metaphor that I'm trying to focus on: if indeed Y2K leads to a humanitarian
      crisis as serious as what we've watched during the past few weeks, can we
      expect a crisp, military response from FEMA or the National Guard -- or will
      the relief efforts be thrown into disarray by the politicians? Before you
      answer that question, remember that Y2K is a global phenomenon: if a Y2K bug
      leads to a toxic chemical explosion in country X, the consequences may cross
      national borders into countries Y and Z. If a nuclear power plant runs
      amok in Eastern Europe on Jan 1, 2000 because of a Y2K problem, can we
      expect the 19 NATO countries to respond more effectively than they seem to
      have done with the Kosovo crisis?

      I'm not suggesting for a moment that I could have made better decisions
      about Kosovo if I were in President Clinton's shoes. I'm sympathetic to the
      statements that there were no obvious alternatives, and that the NATO
      strategy was the best of a series of bad options. But I can't help looking
      at the events of the past few weeks and asking the same metaphorical
      question that my wife asked: If the best strategic planners of the United
      States and 18 other NATO countries were unable to predict what would happen
      when they started bombing, why on earth should we believe they'll be able to
      predict the consequences of Y2K? Given all that we know about the Balkans,
      and given all the historical precedents of ethnic conflict in the area, one
      might have thought the government planners would have done better. And
      given all that we don't know about Y2K, and given that it's a global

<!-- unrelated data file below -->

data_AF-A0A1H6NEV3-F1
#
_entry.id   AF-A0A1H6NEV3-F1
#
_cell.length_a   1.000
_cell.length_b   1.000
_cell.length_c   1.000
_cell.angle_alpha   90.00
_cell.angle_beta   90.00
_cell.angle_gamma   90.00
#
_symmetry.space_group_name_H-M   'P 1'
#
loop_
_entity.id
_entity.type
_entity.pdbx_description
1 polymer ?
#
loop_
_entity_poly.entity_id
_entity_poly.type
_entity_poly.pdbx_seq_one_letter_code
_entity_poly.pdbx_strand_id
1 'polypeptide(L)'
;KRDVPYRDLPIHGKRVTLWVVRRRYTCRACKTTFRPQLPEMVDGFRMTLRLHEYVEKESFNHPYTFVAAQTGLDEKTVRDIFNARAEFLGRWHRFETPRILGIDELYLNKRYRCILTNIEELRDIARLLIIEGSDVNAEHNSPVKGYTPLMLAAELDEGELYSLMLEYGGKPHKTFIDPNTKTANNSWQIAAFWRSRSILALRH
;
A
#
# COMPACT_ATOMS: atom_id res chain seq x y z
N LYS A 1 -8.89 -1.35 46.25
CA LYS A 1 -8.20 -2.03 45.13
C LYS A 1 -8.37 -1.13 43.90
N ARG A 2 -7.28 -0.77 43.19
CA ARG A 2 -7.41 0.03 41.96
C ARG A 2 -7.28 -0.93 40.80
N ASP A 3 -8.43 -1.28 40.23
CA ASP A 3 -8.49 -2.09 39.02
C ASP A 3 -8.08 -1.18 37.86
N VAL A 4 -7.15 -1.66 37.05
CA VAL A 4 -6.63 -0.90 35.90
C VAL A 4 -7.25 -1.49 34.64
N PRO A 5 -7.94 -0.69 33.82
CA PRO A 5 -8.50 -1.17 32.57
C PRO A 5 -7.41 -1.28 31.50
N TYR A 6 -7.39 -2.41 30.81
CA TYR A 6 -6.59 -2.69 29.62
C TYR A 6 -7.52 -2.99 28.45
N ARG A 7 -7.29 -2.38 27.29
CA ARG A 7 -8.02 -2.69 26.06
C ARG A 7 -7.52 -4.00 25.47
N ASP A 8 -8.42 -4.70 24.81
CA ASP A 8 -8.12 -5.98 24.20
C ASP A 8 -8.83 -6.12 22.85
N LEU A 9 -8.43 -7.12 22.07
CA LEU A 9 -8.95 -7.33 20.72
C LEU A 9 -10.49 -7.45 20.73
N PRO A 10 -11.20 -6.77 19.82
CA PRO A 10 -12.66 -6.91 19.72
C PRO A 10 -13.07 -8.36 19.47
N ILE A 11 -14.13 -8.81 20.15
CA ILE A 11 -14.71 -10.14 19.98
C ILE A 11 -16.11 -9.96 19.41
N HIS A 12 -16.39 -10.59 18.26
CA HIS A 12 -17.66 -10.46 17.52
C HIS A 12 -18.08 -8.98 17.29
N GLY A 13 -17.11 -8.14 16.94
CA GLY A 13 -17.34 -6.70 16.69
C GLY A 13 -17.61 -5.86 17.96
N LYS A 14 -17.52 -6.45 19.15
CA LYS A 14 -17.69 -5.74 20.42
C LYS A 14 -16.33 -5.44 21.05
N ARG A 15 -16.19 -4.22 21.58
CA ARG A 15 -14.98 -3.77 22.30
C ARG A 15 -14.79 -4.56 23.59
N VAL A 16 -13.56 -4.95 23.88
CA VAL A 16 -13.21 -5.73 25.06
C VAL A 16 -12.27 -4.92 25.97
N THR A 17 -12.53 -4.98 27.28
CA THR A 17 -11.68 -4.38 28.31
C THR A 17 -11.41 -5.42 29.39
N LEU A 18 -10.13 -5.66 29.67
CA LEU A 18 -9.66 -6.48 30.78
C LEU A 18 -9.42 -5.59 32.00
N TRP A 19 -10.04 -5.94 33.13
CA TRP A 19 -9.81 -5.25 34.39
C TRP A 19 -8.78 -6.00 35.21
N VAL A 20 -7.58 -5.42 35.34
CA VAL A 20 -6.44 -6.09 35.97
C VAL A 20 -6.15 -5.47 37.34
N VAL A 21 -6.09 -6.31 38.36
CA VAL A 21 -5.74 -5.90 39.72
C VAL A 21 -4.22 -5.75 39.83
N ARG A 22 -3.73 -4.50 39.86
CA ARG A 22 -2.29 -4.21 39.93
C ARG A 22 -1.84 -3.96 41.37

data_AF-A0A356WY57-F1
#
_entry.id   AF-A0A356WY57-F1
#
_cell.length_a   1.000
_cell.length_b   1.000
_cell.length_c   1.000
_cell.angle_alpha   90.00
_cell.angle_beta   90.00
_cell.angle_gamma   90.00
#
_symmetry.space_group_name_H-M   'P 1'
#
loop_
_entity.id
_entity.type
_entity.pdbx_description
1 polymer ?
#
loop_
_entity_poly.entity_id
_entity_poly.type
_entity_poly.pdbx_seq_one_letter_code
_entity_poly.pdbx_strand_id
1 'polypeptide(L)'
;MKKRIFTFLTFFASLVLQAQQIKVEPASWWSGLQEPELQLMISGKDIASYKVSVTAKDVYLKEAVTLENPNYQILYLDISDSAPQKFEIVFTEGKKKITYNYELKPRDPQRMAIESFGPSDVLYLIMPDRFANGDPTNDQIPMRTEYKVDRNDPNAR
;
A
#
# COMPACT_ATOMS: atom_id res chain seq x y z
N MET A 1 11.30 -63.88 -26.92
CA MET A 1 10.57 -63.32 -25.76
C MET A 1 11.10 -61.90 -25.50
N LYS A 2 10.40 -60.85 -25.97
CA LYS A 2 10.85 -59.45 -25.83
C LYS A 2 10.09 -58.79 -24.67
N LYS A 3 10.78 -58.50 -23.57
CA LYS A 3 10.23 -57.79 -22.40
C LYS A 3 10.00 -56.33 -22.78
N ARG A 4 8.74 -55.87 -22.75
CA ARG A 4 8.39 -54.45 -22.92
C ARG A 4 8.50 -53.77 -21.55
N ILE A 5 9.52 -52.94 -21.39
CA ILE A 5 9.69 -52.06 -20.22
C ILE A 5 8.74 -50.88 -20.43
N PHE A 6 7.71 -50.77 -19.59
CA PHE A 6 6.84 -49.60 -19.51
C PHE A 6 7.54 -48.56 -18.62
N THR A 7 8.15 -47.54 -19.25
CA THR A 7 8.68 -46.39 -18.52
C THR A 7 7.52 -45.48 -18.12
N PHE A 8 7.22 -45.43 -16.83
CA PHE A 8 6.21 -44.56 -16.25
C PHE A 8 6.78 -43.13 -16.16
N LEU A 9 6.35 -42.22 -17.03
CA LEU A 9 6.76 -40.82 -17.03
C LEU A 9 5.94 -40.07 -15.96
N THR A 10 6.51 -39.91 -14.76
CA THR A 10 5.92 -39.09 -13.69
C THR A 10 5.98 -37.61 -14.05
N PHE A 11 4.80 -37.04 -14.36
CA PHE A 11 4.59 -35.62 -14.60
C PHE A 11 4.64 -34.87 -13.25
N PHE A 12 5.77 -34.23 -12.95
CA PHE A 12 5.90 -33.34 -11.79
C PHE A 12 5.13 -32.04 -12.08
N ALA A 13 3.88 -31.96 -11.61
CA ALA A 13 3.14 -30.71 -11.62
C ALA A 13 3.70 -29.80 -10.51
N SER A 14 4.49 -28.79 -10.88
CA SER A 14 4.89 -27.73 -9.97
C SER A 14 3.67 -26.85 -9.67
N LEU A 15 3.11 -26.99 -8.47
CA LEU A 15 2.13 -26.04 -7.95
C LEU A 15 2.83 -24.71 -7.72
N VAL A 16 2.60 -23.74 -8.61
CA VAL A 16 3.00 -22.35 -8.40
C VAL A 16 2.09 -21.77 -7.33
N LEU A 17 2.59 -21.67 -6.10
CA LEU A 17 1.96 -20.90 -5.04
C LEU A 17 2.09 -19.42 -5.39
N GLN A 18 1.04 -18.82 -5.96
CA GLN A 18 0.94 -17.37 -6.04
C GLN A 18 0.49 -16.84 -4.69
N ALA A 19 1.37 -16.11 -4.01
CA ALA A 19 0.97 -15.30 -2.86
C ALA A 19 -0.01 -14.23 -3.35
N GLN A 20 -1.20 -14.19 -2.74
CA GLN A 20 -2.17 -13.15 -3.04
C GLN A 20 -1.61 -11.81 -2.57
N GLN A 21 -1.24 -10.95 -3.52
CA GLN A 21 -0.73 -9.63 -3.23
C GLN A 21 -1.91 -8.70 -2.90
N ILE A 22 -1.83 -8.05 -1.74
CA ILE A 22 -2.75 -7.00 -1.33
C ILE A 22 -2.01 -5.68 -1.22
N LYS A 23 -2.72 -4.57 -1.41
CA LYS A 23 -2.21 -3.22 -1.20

phenomenon rather than a regional phenomenon, one might well wonder whether
      the governments of the world have any idea at all what will happen.

      One area that particularly concerns me is Y2K contingency planning. It's
      common to hear government officials -- particularly at the local and state
      level -- confidently proclaim that they already have well-established plans
      and procedures for riots, floods, and various forms of natural disasters.
      Y2K, they explain to their constituents in town meetings, is just another
      form of disaster; consequently, they're already prepared for it. Well, yes,
      to a certain degree -- if Y2K takes the form of a "traditional" emergency.
      But most emergencies are short-term and localized; Y2K may not be. With
      most emergencies, assistance is available from other parts of the country
      that have not been affected; that may not be the case with Y2K. And with
      most "normal" emergencies, the emergency "systems " (911 emergency
      communications, fire trucks, police cars, etc.) are functioning throughout
      the crsis; but with Y2K, the emergency systems themselves may be part of the
      problem, rather than part of the solution.

      Can I prove that any of these worst-case Y2K scenarios will happen? No, of
      course not. But it seems to me that a certain amount of caution and
      humility would be appropriate when dealing with a complex phenomenon like
      Y2K; and that's not what I hear from our government leaders. Don't worry,
      they tell us in a condescending manner, we've got it all figured out. We're
      in control. We know what to expect. We know what to do.

      Yeah. Just like Kosovo.



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      Copyright 1999 by Edward Yourdon . Updated April 17, 1999. Comments to Ed
      Yourdon, ed@...